Our mission is to become a worldwide reference for education in the field for all professionals involved in the process to disseminate knowledge & skills of Acute Cardiovascular Care.
Our mission is to promote excellence in clinical diagnosis, research, technical development, and education in cardiovascular imaging in Europe.
Our mission is to promote excellence in research, practice, education and policy in cardiovascular health, primary and secondary prevention.
Our mission is to reduce the burden of cardiovascular disease in Europe through percutaneous cardiovascular interventions.
Our mission is to improve the quality of life of the population by reducing the impact of cardiac rhythm disturbances and reduce sudden cardiac death.
Our mission is to improve quality of life and longevity, through better prevention, diagnosis and treatment of heart failure, including the establishment of networks for its management, education and research.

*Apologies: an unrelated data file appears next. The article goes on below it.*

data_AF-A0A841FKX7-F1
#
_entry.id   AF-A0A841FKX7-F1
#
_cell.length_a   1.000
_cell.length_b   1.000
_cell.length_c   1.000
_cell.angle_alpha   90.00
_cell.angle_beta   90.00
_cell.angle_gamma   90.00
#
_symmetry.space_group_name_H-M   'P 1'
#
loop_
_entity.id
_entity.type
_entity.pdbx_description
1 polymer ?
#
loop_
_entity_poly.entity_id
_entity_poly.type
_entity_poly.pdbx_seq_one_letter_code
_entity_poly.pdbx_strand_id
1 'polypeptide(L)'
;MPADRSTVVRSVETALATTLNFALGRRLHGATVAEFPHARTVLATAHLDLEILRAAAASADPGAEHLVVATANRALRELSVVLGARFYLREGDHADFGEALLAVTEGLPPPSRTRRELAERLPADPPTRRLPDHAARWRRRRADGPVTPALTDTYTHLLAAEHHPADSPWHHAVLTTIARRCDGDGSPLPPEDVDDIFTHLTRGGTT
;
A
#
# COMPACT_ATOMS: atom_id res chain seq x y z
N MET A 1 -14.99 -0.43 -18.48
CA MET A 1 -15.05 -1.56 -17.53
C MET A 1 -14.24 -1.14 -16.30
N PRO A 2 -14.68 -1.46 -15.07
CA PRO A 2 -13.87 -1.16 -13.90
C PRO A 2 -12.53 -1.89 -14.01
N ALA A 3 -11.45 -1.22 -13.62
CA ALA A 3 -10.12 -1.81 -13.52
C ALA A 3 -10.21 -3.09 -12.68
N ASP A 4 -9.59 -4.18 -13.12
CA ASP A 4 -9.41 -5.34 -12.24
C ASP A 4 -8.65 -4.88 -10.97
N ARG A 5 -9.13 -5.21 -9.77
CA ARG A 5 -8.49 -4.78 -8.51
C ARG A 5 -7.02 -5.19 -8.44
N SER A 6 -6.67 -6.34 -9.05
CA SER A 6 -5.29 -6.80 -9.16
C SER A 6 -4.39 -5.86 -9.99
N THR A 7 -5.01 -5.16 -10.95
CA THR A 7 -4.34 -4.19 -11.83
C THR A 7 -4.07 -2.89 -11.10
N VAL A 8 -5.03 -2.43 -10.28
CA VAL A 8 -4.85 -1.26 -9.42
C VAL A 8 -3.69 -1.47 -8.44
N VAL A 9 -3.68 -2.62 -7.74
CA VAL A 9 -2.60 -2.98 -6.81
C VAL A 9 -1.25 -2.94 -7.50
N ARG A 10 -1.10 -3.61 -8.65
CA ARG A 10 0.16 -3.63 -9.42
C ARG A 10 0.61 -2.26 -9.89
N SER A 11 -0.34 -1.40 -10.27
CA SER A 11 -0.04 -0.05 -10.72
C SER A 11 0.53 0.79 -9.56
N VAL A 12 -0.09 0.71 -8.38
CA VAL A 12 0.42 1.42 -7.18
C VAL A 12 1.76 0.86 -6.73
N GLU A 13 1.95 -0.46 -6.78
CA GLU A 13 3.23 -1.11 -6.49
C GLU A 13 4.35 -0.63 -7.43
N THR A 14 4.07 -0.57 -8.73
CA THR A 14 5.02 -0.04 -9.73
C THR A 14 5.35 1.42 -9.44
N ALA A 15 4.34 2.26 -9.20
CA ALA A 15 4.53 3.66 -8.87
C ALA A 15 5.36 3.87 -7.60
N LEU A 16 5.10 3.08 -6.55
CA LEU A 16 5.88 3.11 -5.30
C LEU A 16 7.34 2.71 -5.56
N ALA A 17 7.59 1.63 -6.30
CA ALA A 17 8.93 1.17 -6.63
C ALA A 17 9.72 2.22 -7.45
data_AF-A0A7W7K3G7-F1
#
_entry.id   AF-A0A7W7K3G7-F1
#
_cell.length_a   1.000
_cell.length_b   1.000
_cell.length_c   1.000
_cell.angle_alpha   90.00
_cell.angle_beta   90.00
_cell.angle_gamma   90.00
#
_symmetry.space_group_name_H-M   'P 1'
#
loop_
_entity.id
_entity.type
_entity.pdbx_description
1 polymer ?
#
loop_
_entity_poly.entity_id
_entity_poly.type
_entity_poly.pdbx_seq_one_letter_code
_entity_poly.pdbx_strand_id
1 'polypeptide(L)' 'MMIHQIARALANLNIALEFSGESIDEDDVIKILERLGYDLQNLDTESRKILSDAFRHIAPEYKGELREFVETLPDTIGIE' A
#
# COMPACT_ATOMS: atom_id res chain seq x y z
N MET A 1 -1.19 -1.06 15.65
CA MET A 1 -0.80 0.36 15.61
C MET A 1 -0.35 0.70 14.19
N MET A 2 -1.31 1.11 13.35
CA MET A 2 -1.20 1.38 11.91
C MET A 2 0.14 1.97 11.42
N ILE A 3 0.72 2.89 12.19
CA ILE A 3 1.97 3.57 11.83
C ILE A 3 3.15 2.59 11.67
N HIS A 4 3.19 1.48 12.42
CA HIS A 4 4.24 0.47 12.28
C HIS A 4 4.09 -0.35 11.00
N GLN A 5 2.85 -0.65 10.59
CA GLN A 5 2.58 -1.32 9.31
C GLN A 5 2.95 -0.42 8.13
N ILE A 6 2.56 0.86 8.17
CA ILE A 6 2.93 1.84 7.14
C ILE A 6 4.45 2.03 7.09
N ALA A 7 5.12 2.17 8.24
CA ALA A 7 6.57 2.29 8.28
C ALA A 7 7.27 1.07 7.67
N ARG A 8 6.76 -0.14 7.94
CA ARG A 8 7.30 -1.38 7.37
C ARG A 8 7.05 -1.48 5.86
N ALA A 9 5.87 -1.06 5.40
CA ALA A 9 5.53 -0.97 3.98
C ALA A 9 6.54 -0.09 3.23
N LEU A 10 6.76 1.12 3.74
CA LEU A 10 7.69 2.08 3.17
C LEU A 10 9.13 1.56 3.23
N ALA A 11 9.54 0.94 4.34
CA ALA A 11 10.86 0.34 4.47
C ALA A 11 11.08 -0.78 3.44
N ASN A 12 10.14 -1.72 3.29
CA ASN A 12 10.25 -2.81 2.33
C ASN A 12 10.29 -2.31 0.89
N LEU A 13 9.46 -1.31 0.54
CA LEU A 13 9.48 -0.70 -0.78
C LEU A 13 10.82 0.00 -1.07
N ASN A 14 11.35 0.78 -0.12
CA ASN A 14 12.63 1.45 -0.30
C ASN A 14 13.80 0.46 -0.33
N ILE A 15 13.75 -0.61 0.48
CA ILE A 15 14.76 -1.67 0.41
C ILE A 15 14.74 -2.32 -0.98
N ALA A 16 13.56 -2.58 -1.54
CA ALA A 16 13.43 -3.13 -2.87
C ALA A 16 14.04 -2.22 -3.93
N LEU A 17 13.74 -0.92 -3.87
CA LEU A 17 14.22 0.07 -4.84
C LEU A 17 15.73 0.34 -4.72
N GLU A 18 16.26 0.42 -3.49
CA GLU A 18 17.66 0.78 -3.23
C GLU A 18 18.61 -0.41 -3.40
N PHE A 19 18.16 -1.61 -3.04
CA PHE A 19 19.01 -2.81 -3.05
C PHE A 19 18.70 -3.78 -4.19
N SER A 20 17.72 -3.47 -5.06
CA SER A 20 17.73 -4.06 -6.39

The ESC Working Groups' goal is to stimulate and disseminate scientific knowledge in different fields of cardiology.
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OUR MISSION: TO REDUCE THE BURDEN OF CARDIOVASCULAR DISEASE
Dr. Hein Heidbuchel,
Although sudden death in athletes is luckily a rare phenomenon, everyone has experienced personal moments of disbelief when hearing of the sudden demise of an athlete. Why did this happen? Could this have been prevented? A panelist of experts explored what is known and how preventive strategies can be refined.
Prof. F. Carré (Rennes, France) rephrased the official ESC recommendations, also supported by IOC and FIFA, that screening of athletes should include an ECG. An ECG may diagnose many underlying etiologies that cannot be uncovered by a mere history or physical examination. Nevertheless, distinguishing normal from abnormal ECG findings in athletes is confounded by the ECG changes that occur secondarily to sports activity itself. By better recognition of these changes, and taking effects of race, age, type and intensity of sports into account, the false positive prediction of ECGs has been reduced to less than 10%. Recent data have shown a clearly higher prevalence of repolarization abnormalities in athletes of African-Caribbean descent, without prognostic concerns. In some however, further work-up will be required to rule out underlying cardiovascular disease and prevent life-threatening ventricular arrhythmias.